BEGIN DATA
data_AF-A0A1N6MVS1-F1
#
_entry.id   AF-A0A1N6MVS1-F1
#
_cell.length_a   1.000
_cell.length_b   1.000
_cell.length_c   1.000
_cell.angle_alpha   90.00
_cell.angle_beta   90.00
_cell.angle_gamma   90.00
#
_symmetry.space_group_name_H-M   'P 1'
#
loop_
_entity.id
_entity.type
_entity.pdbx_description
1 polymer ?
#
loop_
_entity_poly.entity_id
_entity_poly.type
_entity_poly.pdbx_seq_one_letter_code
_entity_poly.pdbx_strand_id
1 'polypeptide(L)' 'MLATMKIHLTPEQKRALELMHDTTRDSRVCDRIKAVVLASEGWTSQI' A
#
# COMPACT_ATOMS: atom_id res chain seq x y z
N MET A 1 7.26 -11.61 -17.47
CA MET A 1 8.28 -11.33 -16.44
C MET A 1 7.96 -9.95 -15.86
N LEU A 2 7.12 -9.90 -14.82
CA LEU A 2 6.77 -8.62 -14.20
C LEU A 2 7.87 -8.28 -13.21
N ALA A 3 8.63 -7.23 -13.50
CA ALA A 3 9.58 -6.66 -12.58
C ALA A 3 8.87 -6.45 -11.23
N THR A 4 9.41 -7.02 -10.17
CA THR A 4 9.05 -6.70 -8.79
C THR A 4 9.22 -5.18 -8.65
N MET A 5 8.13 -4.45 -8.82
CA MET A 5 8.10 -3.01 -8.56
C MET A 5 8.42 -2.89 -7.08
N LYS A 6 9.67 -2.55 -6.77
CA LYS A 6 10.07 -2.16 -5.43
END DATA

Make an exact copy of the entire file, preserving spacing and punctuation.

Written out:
data_AF-A0A1N6MVS1-F1
#
_entry.id   AF-A0A1N6MVS1-F1
#
_cell.length_a   1.000
_cell.length_b   1.000
_cell.length_c   1.000
_cell.angle_alpha   90.00
_cell.angle_beta   90.00
_cell.angle_gamma   90.00
#
_symmetry.space_group_name_H-M   'P 1'
#
loop_
_entity.id
_entity.type
_entity.pdbx_description
1 polymer ?
#
loop_
_entity_poly.entity_id
_entity_poly.type
_entity_poly.pdbx_seq_one_letter_code
_entity_poly.pdbx_strand_id
1 'polypeptide(L)' 'MLATMKIHLTPEQKRALELMHDTTRDSRVCDRIKAVVLASEGWTSQI' A
#
# COMPACT_ATOMS: atom_id res chain seq x y z
N MET A 1 7.26 -11.61 -17.47
CA MET A 1 8.28 -11.33 -16.44
C MET A 1 7.96 -9.95 -15.86
N LEU A 2 7.12 -9.90 -14.82
CA LEU A 2 6.77 -8.62 -14.20
C LEU A 2 7.87 -8.28 -13.21
N ALA A 3 8.63 -7.23 -13.50
CA ALA A 3 9.58 -6.66 -12.58
C ALA A 3 8.87 -6.45 -11.23
N THR A 4 9.41 -7.02 -10.17
CA THR A 4 9.05 -6.70 -8.79
C THR A 4 9.22 -5.18 -8.65
N MET A 5 8.13 -4.45 -8.82
CA MET A 5 8.10 -3.01 -8.56
C MET A 5 8.42 -2.89 -7.08
N LYS A 6 9.67 -2.55 -6.77
CA LYS A 6 10.07 -2.16 -5.43